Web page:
[Professor McBride takes attendance ] ## Chapter 4. J. J. Thomson’s Plum Pudding Model [00:35:08]
Here’s the book by J.J. Thomson called
[Laughter]
Okay, we can solve the special case where the corpuscles are confined to a plane, if you do it in two dimensions — it’s difficult mathematically in three dimensions — but you can do it in two dimensions. And he gives a picture in this book, like this, which is a solenoid magnet that attracts little needles that are magnetized, and those needles are stuck into corks, which float in the water, right? So they have to, the corks have to stay at the level of the surface of the water. So it’s a two-dimensional problem. The needles are parallel, the magnets, so they repel one another. But the big magnet attracts them to the center. Okay? So what he does is toss a certain number of needles and corks in there and see what pattern they form. Okay? So here are some patterns. You can get these on the Web, at Greg Blonder’s website here. So if you have just one, it goes to the center; no big deal. If you have two, you get a line; there’s no big deal about that. Three make an equilateral triangle. Put in four, they make a square. Put in five, you make a pentagon. No one’s surprised so far I suspect. Except that sometimes when you put in five and shake it up, you get a square with one in the middle. Can you see where this might be going? Let’s keep going. Okay, if you put in six, you get one inside a pentagon; seven, one inside a hexagon; eight, one inside a heptagon; nine, two inside; ten, two inside. And sometimes it’s like that, and sometimes it’s like that. These are experimental, right? And if you put in eleven, it’s three inside, and then three inside nine; although sometimes you get two — pardon me, I’m screwing up here — sometimes you get — there are two different patterns — sometimes you get three inside eight, sometimes you get two inside nine, for that number. Okay, and then you can get four inside nine, four inside ten, five inside ten, and then after five, if you put in more, if you put in sixteen, you get one inside five inside ten. What is this reminding you of? Yes?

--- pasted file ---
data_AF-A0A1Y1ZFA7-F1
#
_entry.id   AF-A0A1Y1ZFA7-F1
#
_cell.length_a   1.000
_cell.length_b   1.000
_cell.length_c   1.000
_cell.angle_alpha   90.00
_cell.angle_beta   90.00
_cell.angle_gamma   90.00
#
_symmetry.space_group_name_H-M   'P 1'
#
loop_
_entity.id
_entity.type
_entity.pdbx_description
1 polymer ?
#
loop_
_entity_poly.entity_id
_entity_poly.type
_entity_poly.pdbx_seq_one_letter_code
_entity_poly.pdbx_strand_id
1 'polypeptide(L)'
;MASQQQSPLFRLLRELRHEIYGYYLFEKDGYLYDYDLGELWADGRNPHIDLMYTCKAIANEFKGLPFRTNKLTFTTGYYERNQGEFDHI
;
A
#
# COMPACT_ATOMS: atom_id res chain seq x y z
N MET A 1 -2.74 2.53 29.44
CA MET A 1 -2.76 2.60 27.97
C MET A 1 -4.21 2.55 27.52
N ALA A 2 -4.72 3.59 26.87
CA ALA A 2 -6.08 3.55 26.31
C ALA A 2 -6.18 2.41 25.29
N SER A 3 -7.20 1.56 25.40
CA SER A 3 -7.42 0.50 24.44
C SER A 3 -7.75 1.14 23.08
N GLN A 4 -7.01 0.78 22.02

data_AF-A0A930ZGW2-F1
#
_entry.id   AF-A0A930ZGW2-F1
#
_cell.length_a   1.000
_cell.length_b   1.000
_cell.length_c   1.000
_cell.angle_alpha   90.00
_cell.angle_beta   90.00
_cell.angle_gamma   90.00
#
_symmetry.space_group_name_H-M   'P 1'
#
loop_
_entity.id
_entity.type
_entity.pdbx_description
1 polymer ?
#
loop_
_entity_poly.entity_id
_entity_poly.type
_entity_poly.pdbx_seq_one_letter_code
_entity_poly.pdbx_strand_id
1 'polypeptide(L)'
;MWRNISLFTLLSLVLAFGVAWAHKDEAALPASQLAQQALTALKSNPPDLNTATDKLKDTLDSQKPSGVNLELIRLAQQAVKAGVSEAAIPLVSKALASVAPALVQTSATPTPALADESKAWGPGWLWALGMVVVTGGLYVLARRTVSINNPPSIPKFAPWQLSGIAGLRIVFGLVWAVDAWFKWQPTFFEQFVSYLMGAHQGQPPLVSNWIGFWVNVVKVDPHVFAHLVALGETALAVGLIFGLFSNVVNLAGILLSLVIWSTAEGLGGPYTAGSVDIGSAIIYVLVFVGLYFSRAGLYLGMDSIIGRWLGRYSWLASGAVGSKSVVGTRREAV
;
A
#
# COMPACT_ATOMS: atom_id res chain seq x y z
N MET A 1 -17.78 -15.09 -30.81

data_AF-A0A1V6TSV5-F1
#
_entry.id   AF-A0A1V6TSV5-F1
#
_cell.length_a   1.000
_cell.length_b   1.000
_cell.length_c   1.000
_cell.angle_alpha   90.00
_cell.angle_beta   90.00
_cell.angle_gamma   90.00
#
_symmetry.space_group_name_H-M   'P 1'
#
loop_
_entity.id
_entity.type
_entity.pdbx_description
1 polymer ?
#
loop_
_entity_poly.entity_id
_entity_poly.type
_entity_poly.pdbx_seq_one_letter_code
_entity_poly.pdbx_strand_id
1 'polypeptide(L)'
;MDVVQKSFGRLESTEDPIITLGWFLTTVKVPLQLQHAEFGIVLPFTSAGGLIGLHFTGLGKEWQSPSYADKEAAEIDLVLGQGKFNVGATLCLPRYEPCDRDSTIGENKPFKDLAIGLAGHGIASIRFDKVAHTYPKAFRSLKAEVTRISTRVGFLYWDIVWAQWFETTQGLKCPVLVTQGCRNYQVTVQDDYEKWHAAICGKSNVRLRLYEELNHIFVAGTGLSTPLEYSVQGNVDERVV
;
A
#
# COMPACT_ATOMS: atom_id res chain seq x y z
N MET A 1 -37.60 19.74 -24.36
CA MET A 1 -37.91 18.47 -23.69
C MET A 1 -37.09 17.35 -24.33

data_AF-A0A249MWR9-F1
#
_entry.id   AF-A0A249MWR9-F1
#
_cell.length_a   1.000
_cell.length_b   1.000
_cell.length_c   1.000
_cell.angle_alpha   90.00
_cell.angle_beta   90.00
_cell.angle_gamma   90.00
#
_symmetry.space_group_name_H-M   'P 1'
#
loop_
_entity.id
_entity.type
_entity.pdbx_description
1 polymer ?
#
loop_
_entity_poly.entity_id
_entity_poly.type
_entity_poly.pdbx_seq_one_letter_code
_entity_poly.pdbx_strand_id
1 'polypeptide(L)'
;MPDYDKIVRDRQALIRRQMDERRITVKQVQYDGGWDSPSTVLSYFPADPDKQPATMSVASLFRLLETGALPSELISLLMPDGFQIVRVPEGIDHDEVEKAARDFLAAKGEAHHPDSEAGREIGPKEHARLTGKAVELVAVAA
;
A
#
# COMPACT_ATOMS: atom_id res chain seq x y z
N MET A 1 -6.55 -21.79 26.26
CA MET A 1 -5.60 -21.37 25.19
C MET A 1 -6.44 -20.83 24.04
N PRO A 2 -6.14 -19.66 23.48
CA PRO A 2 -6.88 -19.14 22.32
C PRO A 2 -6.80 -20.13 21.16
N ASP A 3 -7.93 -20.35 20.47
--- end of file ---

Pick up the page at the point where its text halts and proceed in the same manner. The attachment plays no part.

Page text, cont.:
No, look what he wrote, in 1916. “The electric forces between particles which are very close together do not obey the simple laws of inverse-squares which holds at greater distances.” So Coulomb’s law breaks down. You don’t have inverse-square. So then you don’t have Earnshaw’s theorem, and you don’t have to worry, and you can get a structure if it’s not an inverse-square force law. Okay? No trouble. But what is the force law? Well Thomson thought the same thing in 1923 in his book